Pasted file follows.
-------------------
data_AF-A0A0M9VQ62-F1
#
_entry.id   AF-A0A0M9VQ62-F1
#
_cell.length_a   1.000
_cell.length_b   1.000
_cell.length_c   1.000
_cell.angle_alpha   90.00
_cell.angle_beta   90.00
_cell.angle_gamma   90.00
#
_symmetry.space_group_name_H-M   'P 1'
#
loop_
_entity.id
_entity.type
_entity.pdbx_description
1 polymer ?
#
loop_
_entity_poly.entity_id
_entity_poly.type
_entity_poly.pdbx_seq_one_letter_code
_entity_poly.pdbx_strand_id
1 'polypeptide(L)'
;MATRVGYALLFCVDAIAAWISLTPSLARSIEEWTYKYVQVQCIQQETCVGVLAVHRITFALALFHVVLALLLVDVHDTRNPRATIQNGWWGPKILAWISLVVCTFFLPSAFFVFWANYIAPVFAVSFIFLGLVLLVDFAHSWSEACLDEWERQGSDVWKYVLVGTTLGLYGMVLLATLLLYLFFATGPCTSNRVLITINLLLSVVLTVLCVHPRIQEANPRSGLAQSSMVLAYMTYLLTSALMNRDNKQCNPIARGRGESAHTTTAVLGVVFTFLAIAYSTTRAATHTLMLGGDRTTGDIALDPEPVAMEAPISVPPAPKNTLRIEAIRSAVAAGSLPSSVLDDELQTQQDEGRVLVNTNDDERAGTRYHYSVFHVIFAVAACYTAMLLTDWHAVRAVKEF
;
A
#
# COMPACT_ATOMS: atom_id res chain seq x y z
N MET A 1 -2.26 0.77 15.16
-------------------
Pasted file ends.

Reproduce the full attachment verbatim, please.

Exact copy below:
data_AF-A0A0M9VQ62-F1
#
_entry.id   AF-A0A0M9VQ62-F1
#
_cell.length_a   1.000
_cell.length_b   1.000
_cell.length_c   1.000
_cell.angle_alpha   90.00
_cell.angle_beta   90.00
_cell.angle_gamma   90.00
#
_symmetry.space_group_name_H-M   'P 1'
#
loop_
_entity.id
_entity.type
_entity.pdbx_description
1 polymer ?
#
loop_
_entity_poly.entity_id
_entity_poly.type
_entity_poly.pdbx_seq_one_letter_code
_entity_poly.pdbx_strand_id
1 'polypeptide(L)'
;MATRVGYALLFCVDAIAAWISLTPSLARSIEEWTYKYVQVQCIQQETCVGVLAVHRITFALALFHVVLALLLVDVHDTRNPRATIQNGWWGPKILAWISLVVCTFFLPSAFFVFWANYIAPVFAVSFIFLGLVLLVDFAHSWSEACLDEWERQGSDVWKYVLVGTTLGLYGMVLLATLLLYLFFATGPCTSNRVLITINLLLSVVLTVLCVHPRIQEANPRSGLAQSSMVLAYMTYLLTSALMNRDNKQCNPIARGRGESAHTTTAVLGVVFTFLAIAYSTTRAATHTLMLGGDRTTGDIALDPEPVAMEAPISVPPAPKNTLRIEAIRSAVAAGSLPSSVLDDELQTQQDEGRVLVNTNDDERAGTRYHYSVFHVIFAVAACYTAMLLTDWHAVRAVKEF
;
A
#
# COMPACT_ATOMS: atom_id res chain seq x y z
N MET A 1 -2.26 0.77 15.16